Heading a fledging presidential campaign beset from the start by criticism, former Massachusetts governor Deval Patrick was welcomed with open arms Sunday at Morning Star Baptist Church, where he and his wife, Diane, share a bond with the congregation, the pastor said.
When Patrick stood at the pulpit inside the Mattapan house of worship Sunday morning, he sounded right at home citing Scripture and speaking of his personal relationship with God, using the language and values of a shared faith and shared life experiences to frame his candidacy.
Speaking of the need for change in Washington, Patrick quoted a biblical verse about Isaiah’s calling to be a prophet and suggested that — though he sees himself as “just as broken and unfinished as everybody else”— he feels a pull to heed a calling.
“Who will go for us? For us?” he asked, his voice rising, during his eight-minute message to the congregation. “Not me. Not one candidate, not one party. For us. All of us.
“For all the folks dealing with income inequality — before it became ‘a thing,’ ” he continued. “For the folks who were dealing with opioid addiction before it reached the suburbs. For the folks who were dealing with division and exclusion before it became the daily attitude and activity of the current president of the United States.”
Patrick didn’t name President Trump, but said the current administration “didn’t create so much as expose and make worse the extent of America’s unfinished business,” an amorphous phrase he turned to again and again in describing societal inequities.
He told the congregation he couldn’t ask in church for their votes, but he could ask them to see their stake in his cause and consider “what it might be like to actually be a United States.”
“We may just have the best chance in years to finish America’s unfinished business,” he said.
The two-term former governor has met with mixed responses as he crisscrosses the country to build his campaign in a late stage of an already crowded Democratic race. Even voters who like his policies say they doubt he will win the nomination.
And shortly before Sunday’s service, another long-shot candidate viewed as a moderate, former New York mayor Michael Bloomberg, officially announced his bid for the Democratic nomination. Patrick declined to speak to reporters inside the church and did not comment on Bloomberg’s entry into the race.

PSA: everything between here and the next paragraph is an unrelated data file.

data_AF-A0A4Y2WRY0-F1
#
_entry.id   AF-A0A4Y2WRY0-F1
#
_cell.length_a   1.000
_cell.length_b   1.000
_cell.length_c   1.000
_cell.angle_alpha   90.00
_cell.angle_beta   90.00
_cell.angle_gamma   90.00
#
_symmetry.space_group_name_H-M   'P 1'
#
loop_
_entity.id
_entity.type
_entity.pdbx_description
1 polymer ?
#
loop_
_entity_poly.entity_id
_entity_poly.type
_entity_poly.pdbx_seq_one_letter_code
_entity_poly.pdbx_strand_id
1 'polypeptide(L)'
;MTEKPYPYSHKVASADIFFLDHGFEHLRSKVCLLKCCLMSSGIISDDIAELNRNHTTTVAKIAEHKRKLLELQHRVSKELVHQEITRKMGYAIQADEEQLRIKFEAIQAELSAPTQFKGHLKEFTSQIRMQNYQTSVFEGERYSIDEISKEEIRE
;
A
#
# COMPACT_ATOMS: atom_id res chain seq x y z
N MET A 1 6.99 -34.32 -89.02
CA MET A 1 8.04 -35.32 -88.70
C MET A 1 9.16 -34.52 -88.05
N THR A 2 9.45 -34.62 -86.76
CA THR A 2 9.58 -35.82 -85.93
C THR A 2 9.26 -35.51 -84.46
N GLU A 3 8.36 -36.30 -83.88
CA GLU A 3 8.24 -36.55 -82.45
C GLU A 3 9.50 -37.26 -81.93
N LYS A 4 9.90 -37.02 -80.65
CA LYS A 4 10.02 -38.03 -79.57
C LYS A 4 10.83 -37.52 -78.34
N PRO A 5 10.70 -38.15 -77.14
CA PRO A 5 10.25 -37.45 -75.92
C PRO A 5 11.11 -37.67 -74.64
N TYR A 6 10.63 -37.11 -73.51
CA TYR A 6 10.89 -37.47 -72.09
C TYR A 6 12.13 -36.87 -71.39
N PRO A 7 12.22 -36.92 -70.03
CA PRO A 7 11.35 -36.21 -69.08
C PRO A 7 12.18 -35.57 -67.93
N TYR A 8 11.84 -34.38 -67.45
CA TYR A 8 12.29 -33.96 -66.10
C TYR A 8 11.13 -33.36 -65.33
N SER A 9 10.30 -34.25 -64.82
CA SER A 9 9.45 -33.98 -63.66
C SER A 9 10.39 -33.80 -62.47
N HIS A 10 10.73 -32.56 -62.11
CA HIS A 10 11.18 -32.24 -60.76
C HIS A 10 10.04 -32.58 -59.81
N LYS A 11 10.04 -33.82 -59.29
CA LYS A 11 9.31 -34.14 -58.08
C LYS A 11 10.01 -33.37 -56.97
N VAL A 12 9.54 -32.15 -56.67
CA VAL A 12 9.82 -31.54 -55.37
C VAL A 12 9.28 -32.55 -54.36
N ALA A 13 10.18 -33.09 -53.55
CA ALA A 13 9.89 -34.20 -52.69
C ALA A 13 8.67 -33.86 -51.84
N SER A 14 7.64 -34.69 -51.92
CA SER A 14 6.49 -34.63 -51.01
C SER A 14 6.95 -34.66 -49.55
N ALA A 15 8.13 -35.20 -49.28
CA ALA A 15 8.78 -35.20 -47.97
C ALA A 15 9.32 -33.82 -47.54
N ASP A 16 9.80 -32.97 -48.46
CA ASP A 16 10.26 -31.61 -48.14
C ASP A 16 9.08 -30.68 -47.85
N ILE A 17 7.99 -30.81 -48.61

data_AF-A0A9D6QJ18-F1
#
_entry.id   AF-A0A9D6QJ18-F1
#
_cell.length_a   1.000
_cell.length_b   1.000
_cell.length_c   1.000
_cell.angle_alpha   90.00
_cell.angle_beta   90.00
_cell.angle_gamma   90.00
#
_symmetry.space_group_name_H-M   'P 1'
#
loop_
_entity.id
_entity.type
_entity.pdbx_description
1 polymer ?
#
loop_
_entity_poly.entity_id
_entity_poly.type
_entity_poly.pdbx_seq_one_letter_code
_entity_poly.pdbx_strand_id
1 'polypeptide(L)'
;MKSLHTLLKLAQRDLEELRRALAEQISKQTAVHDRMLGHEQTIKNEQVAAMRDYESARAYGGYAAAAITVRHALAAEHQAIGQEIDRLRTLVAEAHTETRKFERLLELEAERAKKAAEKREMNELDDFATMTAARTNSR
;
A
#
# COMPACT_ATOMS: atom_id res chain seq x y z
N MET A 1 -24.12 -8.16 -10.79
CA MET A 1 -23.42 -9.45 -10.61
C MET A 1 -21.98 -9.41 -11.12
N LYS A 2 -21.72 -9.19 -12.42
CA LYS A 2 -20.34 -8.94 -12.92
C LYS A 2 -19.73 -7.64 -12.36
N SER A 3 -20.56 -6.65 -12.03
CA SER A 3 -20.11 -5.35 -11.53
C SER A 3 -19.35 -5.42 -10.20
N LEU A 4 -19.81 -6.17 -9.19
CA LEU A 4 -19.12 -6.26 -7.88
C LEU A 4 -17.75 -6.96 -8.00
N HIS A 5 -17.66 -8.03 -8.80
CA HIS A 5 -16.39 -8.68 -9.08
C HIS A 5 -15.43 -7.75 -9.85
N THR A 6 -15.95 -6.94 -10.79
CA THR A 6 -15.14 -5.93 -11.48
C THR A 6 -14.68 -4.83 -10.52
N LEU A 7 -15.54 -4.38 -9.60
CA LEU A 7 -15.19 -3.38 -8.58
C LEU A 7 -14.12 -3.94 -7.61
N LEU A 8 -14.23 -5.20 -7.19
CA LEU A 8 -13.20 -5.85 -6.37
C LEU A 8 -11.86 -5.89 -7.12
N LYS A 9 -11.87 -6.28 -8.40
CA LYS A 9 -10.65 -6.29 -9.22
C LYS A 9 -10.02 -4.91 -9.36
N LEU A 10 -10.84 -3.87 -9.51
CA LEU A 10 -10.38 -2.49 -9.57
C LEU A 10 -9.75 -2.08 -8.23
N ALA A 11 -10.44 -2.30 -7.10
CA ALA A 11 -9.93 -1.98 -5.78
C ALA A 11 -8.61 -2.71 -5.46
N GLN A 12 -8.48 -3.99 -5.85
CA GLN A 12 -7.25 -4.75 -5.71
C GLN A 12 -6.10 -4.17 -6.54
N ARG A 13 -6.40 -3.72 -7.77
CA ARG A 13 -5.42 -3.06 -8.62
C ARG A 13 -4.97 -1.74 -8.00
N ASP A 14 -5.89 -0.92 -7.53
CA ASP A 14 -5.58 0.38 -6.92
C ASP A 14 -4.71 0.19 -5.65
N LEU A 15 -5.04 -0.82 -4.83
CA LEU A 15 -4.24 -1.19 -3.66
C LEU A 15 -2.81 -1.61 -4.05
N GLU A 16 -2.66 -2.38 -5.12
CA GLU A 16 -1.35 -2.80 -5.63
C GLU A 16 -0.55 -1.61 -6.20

Much of the service’s message was spiritual, not political, though Bishop John M. Borders III, the church’s pastor, reflected during his sermon on the path he took as a young man and the different road taken by Patrick, who at 63 is roughly Borders’s contemporary.
Patrick wiped away a tear as Borders spoke of the scholarship organization A Better Chance, which sent the young Chicago native to Milton Academy and set him on a path to Harvard College and Harvard Law School.
Borders said he had been presented with a similar opportunity when he was young but told his mother, “Mama, you know, I’m singing in The Energetics now. . . . I’m going to see if we’re going to make it famous.”
Despite that decision, Borders said, here he and Patrick were: “two poor boys that came from the inner city: One is running for the president of the United States of America, and the other is preaching to him!”
Borders also gave a shout-out to former city councilor Tito Jackson in the congregation, and said he prays for victory for City Council candidate Julia Mejia, who was also present and is awaiting a recount in the at-large race after she bested Alejandra St. Guillen, by just eight votes.
After the service, the Patricks exchanged handshakes and hugs with many old friends and new supporters, including 12-year-old Charles Varrs, who asked the former governor to autograph an art project that the boy had drawn in Bible study.
“To Charles — With high hope, for you!” Patrick wrote above his signature.
Charles said he admires the former governor and “thought that it was a dream at first” when he met him face-to-face.
His mother, Monique Varrs, 49, a lifelong Dorchester resident, said she and her children had met Patrick during his governorship at an event at Codman Square Health Center and been impressed by the way he took time to speak with them — and to listen.
“He cares for the community,” she said. “I really do believe that he’s going to be what we need in the White House.”